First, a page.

Here is what I mean, in any story, a hearer automatically gravitates toward people who they can easily identify with. And after identifying with those people, the hearer will naturally reflect on the lessons to be learned concerning them. Now Jesus, being the Son of God and Lord of all creation, is obviously a difficult person to identify with. Thus in this story, it is easy to focus upon the characters who are fully human without any divinity in them. So we look to Mary and Martha, and recognize that Jesus admonishes Mary concluding we should be like Mary.  But what does this story tell us about Jesus, the one whom we call savior and Lord. Who is Luke telling us that Jesus is in this story? This is a question that I encourage you to reflect on anytime you read a gospel account, who is Jesus in this story?

Here Jesus is Lord of all, and yet Jesus is demonstrating that he came not to be served, but to serve. As Lord of all, he could have basked in the hospitality given to him and demanded that everyone serve him, and that would have been appropriate for his position and authority. Yet Jesus is not interested in that in this story.

Your Lord, came not to be served, but to serve. How does this truth shape your life? When you gather on Sunday mornings to come to bible study, and to attend the worship service, how does this truth shape those events? When a sermon is preached to you, and you come to the Altar to receive Christ’s body and blood, how does this truth, that your Lord came not to be served but to serve impact you? When you go about showing God’s love to the world and share the good news concerning Jesus, how does this truth shape your actions and your message.  You should not pray because your Lord commands you to, you should not read scripture because God needs your acts of devotion.  Rather your Lord longs to fill you up with His teachings and His truth, He desires to serve you.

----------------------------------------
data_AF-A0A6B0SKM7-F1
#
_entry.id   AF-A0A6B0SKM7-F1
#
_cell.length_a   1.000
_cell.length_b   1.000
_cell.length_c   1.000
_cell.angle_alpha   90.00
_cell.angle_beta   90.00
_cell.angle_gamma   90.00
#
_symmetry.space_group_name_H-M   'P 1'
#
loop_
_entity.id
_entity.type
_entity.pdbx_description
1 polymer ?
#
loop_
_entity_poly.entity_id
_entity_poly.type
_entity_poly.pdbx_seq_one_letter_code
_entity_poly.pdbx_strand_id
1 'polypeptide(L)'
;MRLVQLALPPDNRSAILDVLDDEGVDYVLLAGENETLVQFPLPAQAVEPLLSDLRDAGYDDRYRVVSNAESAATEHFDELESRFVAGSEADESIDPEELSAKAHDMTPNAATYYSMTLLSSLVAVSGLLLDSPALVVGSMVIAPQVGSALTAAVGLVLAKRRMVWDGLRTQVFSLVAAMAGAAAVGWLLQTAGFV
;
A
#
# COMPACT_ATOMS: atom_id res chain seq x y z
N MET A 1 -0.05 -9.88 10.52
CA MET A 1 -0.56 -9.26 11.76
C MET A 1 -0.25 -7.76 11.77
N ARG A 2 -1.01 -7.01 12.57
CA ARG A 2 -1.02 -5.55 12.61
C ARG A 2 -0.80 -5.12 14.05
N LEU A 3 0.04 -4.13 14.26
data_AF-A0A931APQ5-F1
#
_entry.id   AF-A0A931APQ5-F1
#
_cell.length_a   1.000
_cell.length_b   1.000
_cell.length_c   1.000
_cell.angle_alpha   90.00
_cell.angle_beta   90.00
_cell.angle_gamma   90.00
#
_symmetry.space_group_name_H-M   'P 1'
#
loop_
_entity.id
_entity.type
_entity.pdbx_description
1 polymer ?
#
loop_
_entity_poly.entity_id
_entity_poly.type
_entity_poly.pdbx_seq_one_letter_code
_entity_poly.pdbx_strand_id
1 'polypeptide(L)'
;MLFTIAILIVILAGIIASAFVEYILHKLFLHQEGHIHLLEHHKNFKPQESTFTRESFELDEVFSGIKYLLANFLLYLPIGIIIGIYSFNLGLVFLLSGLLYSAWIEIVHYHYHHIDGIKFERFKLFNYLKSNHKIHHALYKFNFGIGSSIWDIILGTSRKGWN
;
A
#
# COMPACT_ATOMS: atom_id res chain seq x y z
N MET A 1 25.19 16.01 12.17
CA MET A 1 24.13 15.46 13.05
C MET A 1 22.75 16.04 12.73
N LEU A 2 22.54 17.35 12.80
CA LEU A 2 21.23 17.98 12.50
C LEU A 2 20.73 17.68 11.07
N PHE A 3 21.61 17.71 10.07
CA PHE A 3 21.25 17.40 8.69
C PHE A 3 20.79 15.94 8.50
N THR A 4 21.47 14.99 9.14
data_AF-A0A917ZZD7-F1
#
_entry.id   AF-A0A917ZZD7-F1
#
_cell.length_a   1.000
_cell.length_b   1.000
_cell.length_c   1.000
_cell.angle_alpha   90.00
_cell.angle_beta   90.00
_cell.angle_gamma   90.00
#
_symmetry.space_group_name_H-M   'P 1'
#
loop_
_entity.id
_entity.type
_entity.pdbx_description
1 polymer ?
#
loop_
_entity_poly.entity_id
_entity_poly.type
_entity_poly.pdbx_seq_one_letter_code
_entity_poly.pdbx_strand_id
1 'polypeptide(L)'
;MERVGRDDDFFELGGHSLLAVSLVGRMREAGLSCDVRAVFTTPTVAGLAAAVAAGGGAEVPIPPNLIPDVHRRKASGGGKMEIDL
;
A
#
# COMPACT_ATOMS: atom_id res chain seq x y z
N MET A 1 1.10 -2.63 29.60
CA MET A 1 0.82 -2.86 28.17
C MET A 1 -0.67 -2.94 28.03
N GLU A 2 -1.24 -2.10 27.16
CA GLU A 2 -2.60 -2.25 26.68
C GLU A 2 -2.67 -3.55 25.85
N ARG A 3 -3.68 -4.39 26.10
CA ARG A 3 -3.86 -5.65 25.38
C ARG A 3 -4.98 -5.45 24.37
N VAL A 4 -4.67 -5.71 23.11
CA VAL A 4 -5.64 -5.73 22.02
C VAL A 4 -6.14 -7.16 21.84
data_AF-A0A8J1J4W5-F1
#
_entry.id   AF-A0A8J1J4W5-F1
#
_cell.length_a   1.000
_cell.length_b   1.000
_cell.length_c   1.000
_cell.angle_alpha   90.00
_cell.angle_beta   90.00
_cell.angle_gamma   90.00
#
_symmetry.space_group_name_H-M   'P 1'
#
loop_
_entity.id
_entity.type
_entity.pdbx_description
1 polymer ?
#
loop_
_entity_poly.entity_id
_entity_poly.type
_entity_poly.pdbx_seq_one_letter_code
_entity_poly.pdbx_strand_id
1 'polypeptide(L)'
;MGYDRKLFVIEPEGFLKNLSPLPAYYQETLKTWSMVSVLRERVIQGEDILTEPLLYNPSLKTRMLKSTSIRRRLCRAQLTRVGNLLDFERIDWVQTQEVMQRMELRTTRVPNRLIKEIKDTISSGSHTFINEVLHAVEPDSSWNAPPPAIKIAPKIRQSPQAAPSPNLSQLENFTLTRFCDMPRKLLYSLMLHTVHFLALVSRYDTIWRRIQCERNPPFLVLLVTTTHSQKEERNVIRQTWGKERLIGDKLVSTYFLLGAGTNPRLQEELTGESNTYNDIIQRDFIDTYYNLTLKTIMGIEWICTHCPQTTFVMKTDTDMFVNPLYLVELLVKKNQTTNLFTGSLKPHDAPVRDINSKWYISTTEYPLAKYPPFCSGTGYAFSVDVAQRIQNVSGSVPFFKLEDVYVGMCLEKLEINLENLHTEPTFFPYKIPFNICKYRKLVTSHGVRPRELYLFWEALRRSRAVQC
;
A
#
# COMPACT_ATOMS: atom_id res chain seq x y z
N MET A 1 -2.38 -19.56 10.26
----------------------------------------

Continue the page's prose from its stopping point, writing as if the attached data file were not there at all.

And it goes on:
Take time this week, to sit at the feet of Jesus. Read God’s word, pray, journal your thoughts after your prayer time. But be certain that these actions are done not because you are commanded to do them, but because you are invited by your Lord to come and hear His teachings. He will give you a heaping portion.